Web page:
Just as with home theater, one of the keys to simplicity in the multizone/multisource world is the integrated amplifier or receiver—a one-box system that provides pre-amplification, amplification, and control. Naturally, this receiver differs from the standard A/V receiver in many ways, chief among which is the absence of processing and, naturally, a far different complement of connections. However, it shares the A/V receiver's appeal of simplicity and approachability. As a far more-realistic entry point for most people, the A/V receiver was one of the primary triggers of the recent home theater explosion. The custom world is hoping that multizone receivers and integrated amplifiers will have a similar effect for wholehouse audio.
When you look at multizone/multisource receivers and integrated amplifiers—or any other wholehouse audio system, for that matter—the first things you should look for are how many sources it accepts and how many zones it distributes to. One of the primary features that distinguishes multisource/multizone systems from simple speaker-distribution systems and other approaches is that they offer independent control of several different sources in any of the zones, and zones can operate independently of one another. In other words, Mom can listen to the CD player in the living room while Dad listens to the DVD player in the office and the kids listen to an MP3 player in their bedroom. All that you need in the listening area are speakers and some sort of local control. You can control the volume independently in each zone, too. A basic multizone system must share a single source, or a few sources, and it may or may not offer zones that have independent sound, let alone independent volume control (usually, they don't).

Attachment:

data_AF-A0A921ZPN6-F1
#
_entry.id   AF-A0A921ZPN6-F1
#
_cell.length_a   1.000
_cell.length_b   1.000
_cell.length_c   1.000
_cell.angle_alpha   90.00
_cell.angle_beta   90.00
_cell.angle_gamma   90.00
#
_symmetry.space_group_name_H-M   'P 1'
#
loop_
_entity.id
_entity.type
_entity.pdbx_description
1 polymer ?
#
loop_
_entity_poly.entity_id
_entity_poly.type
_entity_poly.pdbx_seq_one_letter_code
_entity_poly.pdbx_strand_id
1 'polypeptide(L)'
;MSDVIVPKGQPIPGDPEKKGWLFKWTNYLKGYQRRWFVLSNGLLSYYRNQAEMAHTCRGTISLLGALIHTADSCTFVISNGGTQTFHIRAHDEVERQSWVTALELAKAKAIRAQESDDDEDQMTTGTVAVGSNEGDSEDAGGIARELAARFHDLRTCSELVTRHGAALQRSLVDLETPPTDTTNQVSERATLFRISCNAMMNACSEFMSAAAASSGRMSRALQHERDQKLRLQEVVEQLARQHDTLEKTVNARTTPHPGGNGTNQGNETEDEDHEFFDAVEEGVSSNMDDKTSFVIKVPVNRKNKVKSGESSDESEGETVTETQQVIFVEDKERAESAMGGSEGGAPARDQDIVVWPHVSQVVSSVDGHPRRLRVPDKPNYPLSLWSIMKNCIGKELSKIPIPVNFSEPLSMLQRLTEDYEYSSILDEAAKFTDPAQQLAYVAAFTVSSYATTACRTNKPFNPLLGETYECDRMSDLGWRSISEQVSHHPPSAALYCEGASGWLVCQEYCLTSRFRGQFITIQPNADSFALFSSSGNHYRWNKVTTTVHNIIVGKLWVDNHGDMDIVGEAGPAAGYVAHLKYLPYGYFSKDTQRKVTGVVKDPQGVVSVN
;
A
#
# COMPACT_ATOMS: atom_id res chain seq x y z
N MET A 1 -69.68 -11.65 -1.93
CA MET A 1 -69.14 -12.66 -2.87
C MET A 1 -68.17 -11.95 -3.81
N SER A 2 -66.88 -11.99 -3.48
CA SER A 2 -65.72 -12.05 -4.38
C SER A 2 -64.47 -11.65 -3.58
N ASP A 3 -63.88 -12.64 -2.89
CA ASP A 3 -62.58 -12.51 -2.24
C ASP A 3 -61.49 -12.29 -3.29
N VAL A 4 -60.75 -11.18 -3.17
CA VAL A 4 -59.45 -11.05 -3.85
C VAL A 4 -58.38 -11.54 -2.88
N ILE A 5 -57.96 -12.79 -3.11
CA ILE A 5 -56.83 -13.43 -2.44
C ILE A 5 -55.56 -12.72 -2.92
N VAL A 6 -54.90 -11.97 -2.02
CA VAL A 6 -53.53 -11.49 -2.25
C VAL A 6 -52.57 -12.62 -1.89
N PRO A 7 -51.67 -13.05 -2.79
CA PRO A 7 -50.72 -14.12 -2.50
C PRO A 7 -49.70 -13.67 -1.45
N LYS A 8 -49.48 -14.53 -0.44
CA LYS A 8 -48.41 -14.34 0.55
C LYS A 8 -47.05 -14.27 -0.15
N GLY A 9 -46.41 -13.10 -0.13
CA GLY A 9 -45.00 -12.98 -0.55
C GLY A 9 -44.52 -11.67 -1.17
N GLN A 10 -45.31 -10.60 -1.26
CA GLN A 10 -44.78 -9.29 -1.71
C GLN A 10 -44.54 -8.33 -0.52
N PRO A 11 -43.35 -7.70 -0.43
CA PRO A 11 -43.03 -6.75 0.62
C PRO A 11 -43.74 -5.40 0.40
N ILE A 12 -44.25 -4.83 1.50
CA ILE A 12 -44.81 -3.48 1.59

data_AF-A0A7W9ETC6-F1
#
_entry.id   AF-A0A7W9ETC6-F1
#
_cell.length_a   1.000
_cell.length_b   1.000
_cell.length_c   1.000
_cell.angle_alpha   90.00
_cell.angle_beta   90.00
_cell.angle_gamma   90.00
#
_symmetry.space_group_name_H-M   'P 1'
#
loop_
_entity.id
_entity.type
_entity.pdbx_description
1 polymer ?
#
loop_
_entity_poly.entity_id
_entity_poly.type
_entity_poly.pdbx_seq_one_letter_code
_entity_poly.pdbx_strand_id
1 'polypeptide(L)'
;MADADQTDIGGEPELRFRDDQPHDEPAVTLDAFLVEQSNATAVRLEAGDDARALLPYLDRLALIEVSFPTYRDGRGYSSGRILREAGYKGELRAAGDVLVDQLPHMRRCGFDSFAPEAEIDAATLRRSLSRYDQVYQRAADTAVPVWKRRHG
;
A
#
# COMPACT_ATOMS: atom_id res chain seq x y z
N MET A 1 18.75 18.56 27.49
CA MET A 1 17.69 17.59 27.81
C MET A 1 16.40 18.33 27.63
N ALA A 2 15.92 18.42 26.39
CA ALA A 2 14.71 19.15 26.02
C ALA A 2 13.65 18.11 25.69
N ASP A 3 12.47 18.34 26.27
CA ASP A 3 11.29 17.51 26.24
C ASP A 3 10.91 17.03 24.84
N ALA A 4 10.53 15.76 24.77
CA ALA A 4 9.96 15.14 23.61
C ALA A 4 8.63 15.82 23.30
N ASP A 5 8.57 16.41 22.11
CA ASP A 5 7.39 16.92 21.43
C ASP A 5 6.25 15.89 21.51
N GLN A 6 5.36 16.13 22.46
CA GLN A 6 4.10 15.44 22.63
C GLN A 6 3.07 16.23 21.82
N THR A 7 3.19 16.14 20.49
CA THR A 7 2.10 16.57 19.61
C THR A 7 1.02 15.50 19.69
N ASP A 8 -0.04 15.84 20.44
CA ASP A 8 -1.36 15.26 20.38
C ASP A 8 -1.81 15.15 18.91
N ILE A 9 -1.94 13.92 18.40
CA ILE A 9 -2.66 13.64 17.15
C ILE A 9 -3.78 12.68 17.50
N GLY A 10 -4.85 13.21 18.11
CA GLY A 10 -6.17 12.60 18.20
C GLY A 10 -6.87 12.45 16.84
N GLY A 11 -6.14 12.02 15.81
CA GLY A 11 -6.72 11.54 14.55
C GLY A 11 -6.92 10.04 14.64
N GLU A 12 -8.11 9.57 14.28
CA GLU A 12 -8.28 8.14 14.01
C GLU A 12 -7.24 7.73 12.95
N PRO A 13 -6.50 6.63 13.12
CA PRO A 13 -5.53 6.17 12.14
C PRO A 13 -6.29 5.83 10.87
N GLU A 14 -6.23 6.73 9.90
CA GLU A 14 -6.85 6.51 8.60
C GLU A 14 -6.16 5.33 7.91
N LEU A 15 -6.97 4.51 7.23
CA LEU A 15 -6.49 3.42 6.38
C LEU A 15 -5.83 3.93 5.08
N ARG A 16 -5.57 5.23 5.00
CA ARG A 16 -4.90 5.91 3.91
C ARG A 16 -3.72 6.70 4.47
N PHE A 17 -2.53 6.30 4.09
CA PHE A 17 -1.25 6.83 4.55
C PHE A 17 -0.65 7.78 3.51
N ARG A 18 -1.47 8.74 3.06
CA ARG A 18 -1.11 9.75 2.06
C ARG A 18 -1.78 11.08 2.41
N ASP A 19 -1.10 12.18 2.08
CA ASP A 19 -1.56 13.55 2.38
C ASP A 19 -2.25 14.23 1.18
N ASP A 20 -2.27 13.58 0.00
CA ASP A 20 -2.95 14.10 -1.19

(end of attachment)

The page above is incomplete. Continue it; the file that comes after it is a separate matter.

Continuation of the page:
Other key issues are amplifier power—how much wattage the system supplies to each room—and whether or not the system has preamplifier outputs that, among other things, allow you to use a separate amplifier for zones where you want more power. You should also seriously consider system expandability. Many systems offer subzone support, usually through the growing segment of A-BUS products. With the addition of extra components, you can turn these systems into rather elaborate wholehouse systems down the road.
System control is another critical issue that you should consider. After all, a good multizone/multisource system is one that you can tuck out of the way and forget about. Your daily interaction with the system will be via a keypad or other controller. It can be highly complicated to mix and match different brands of keypads and systems—and this usually isn't an option, anyway—so it's often just as important to find a controller that you like as a system that you like. Keypads are still the primary form of wholehouse audio control, but more systems now offer handheld remotes for their zones, as well. Handheld remotes send IR commands to the main system through IR receptors in the wall keypad or through other IR-routing systems. Controllers can get as elaborate (and expensive) as you want, ranging from big-ticket touchscreens with a plethora of programmable features to simple keypads that cover the most basic system functions. Remember that the amount of system control and the programming options available to you are more a function of the keypad than the receiver or integrated amplifier, so you should focus at least as much of your attention in this area as you do anywhere else.